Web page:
Questions Abour Royal Icing

Decorating By Esther Updated 12 Oct 2005 , 2:57am by southernbelle

Esther Posted 8 Oct 2005 , 2:19pm
post #1 of 16

i used the search function for royal icing and got about 67!!! pages, which is great, but i got overwhelmed with all of the info and a lot of the threads only have the word "royal icing" in the postings... (i need to figure out, how to use the search function more convenient)

i would like to make some "topper" for my birthdaycake. like a nice 27 or so, with lace work..

which is a good recipe for royal icing (i have the meringue powder) and what do i have to think of while piping my topper? do I use waxpaper and grease it? how far in advance do i have to pipe the royal icing? should I put it in the fridge or just leave it on the counter until i need it? should i pipe it thick or thin? how do i get it of the paper?

questions over questions icon_redface.gif

15 replies
flayvurdfun Posted 8 Oct 2005 , 2:29pm
post #2 of 16

bringing this to the top for others to help.

Kiddiekakes Posted 8 Oct 2005 , 2:38pm
post #3 of 16

Hi Esther,

Any royal icing recipe will do.They are pretty much all the same.I would pipe the design fairly thick as doing it too thin will cause it to break.I would definetly use wax paper and you can use a tiny bit of shortening ...but I don't think you need too,it should peel off fairly easily with heavier piping.I would make it at least a week in advance and leave it on a countertop (away from hands) and allow it to dry...not in the fridge.I make alot of royal icing transfers this way and never had a big problem yet!!

Esther Posted 8 Oct 2005 , 2:40pm
post #4 of 16

thank you so much for your help. i should have asked the questions a lot earlier. my bday is on monday... icon_sad.gif

Kiddiekakes Posted 8 Oct 2005 , 2:41pm
post #5 of 16

No that's okay!! You can still make it if you have a dry place to keep it!! Sometimes I let mine dry over the heat register....but then again it is fall here and quite cool so..I'm not sure about Texas this time of year!!

Esther Posted 8 Oct 2005 , 2:43pm
post #6 of 16

it is pretty cool outside and i have the heater on. my walkin pantry should be a good place.. Ill try it out

thank you so much

Kiddiekakes Posted 8 Oct 2005 , 2:46pm
post #7 of 16

I say..Give it a try!!!

MissBaritone Posted 8 Oct 2005 , 9:06pm
post #8 of 16

A reading lamp is a good way to dry royal icing runouts. It gives them a lovely shine. Never put them in the fridge royal icing needs to dry out. Use a good quality wax paper or butchers wrap and thhey should release with no problems. Icing for runouts should be freshly made whenever possible.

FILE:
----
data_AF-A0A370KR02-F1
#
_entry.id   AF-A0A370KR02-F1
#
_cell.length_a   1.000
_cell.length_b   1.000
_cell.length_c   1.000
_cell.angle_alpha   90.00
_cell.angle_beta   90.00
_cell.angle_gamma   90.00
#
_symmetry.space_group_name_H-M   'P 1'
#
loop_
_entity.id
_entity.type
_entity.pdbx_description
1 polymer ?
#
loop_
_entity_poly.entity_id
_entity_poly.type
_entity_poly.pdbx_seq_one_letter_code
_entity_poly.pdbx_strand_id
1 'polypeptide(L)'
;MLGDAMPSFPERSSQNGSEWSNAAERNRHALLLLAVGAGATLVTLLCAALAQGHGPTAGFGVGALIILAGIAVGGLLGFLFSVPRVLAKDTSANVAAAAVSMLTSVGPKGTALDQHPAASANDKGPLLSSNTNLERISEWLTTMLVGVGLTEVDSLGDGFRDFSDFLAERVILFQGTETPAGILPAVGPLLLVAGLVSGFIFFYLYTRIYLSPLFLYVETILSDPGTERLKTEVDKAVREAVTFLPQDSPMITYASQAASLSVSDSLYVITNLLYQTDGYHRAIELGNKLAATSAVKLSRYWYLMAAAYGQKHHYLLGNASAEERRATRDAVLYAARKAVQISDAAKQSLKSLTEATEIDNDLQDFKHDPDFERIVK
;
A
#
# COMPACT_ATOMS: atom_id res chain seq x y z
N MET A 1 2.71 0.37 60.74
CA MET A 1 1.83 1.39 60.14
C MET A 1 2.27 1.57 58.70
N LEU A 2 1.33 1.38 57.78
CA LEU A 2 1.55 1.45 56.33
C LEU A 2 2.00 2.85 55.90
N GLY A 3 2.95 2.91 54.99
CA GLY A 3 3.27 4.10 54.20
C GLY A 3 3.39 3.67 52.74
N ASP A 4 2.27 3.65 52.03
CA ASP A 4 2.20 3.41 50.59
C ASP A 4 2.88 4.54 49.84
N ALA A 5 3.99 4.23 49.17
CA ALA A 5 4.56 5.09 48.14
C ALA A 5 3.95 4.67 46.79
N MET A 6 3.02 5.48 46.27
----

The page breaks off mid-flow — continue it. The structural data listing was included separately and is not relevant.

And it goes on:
TexasSugar Posted 9 Oct 2005 , 2:40am
post #9 of 16

I've put royal icing and color flow in the oven with just the oven light on, and it will dry it when you are running short on time. icon_wink.gif

MissBaritone Posted 9 Oct 2005 , 5:34am
post #10 of 16

I've also used thi method but you do need to be careful with it. It is easy to scorch the icing with this method and it doesn't work with thick pieces as they must dry all the way through before you try to release them. To release them I normally slide a small crank handled palatte knife under them

ivanabacowboy Posted 9 Oct 2005 , 11:10am
post #11 of 16

Esp if they are intricate or lacey, I suggest making an "extra" or 2. That way you can use them as testers to make sure they are dry and ready to remove without breaking. And try to have the pieces uniform thickness so that they will all be completely dry at the same time. I did drop flowers and generally about 24 hours to dry at room temp. Your mileage may vary depending how thick your pieces are.

SheilaF Posted 10 Oct 2005 , 9:39pm
post #12 of 16

The coral I put on my dtr's bday cake only air dried for just under 3 days and it worked really well. I didn't even have to peel it off the wax paper as they sort of popped off on their own. I just left them to dry with out any kind of cover.

lilscakes Posted 10 Oct 2005 , 9:44pm
post #13 of 16

I wouldn't put any grease on the waxed paper for Royal icing as any grease will break the icing down. All Royal icing has to be 100 % grease free, especially mixing bowls, tools etc... or it won't dry. Just use waxed paper without the grease and you should be ok. icon_smile.gif

Esther Posted 11 Oct 2005 , 3:15pm
post #14 of 16

Thanks for all your help

I greased the waxpaper very very lightly and put the sheet with the royal icing into my oven with the ovenlight on for over 24 hrs. worked very well and it didn't break when I put it on the cake

Thanks again!

Cake_Princess Posted 11 Oct 2005 , 11:40pm
post #15 of 16

I put my royal icing in the oven to dry. I set the oven at 200 F and depending on the size it's ready in less than 20 minute. When it comes out it has a nice glossy look (remember the Wilton Sales pitch - shinier than royal?) I just let it cool then I peel it off the paper.


southernbelle Posted 12 Oct 2005 , 2:57am
post #16 of 16

I have a question about royal icing since we are on this thread. Can you add corn syrup to royal icing? I have had a problem with my rose petals being to feathery lookin.

The only time I have made a royal icing transfer was in Class II. Do you use the color flow with yours?

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